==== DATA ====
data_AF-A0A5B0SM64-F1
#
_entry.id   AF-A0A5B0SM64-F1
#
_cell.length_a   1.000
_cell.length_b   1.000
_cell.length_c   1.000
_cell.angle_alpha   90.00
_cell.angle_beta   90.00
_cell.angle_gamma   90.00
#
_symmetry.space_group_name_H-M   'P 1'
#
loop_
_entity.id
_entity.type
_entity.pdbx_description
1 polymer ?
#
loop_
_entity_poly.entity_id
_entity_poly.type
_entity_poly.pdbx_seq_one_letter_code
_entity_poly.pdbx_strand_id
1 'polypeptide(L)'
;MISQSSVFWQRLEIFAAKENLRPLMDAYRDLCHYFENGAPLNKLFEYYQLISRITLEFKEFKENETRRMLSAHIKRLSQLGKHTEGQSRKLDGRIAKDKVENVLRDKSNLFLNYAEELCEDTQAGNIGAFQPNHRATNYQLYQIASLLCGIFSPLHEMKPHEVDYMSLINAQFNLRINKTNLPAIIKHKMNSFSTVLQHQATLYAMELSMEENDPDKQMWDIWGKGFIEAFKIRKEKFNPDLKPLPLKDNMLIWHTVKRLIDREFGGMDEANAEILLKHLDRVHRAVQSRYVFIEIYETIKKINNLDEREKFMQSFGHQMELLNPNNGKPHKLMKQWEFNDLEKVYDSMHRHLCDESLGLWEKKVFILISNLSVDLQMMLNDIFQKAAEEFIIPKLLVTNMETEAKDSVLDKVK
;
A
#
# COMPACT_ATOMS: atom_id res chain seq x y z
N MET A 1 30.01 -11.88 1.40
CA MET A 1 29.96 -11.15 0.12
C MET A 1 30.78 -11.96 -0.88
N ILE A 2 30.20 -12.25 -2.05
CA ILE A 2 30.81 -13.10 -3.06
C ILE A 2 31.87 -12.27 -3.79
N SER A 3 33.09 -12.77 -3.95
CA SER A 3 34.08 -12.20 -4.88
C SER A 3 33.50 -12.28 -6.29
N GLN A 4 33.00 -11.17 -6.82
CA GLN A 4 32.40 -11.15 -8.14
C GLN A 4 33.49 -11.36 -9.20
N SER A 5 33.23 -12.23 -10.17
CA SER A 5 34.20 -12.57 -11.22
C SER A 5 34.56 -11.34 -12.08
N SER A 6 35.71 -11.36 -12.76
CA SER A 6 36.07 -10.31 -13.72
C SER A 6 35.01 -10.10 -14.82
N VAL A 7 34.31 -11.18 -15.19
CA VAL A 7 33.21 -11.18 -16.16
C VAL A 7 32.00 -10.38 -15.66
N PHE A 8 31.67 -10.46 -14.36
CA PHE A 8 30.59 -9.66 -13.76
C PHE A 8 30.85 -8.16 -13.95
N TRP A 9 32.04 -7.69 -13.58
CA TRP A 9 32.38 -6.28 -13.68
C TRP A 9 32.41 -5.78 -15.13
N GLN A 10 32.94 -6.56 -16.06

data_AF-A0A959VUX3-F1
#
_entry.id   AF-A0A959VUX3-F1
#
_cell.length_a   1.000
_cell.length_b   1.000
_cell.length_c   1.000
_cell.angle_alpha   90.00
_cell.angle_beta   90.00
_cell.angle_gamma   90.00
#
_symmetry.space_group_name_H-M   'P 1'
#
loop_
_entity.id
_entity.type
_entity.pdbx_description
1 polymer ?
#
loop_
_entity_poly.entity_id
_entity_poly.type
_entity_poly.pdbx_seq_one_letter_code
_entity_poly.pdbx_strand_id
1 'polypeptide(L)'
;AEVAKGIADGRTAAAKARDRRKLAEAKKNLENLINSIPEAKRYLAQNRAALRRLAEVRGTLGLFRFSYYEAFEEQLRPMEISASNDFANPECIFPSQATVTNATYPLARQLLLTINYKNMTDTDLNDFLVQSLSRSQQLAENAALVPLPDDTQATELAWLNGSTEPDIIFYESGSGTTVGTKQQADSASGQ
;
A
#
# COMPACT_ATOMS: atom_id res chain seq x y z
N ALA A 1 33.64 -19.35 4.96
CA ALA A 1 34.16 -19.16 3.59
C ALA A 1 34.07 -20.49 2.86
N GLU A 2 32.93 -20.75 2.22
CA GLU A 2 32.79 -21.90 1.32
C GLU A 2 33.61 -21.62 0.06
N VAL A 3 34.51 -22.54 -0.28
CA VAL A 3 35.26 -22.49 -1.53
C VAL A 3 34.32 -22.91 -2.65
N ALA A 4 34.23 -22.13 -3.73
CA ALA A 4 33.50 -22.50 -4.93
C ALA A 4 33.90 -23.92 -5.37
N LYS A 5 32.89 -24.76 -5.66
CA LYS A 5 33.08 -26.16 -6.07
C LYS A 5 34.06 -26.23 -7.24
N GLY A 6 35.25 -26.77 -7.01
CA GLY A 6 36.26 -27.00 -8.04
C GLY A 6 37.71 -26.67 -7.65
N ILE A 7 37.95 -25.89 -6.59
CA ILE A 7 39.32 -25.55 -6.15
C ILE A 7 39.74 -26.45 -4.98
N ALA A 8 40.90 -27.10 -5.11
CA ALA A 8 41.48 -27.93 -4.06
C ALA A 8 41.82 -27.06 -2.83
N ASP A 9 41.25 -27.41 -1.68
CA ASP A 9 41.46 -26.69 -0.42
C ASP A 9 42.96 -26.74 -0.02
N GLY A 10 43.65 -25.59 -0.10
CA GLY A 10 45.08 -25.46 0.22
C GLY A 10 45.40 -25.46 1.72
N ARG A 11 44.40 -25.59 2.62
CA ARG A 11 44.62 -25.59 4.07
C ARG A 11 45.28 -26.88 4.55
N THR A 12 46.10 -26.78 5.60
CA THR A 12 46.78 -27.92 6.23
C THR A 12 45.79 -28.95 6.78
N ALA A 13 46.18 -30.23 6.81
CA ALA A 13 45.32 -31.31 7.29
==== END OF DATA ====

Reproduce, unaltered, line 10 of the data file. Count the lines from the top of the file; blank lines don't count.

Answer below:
_cell.angle_gamma   90.00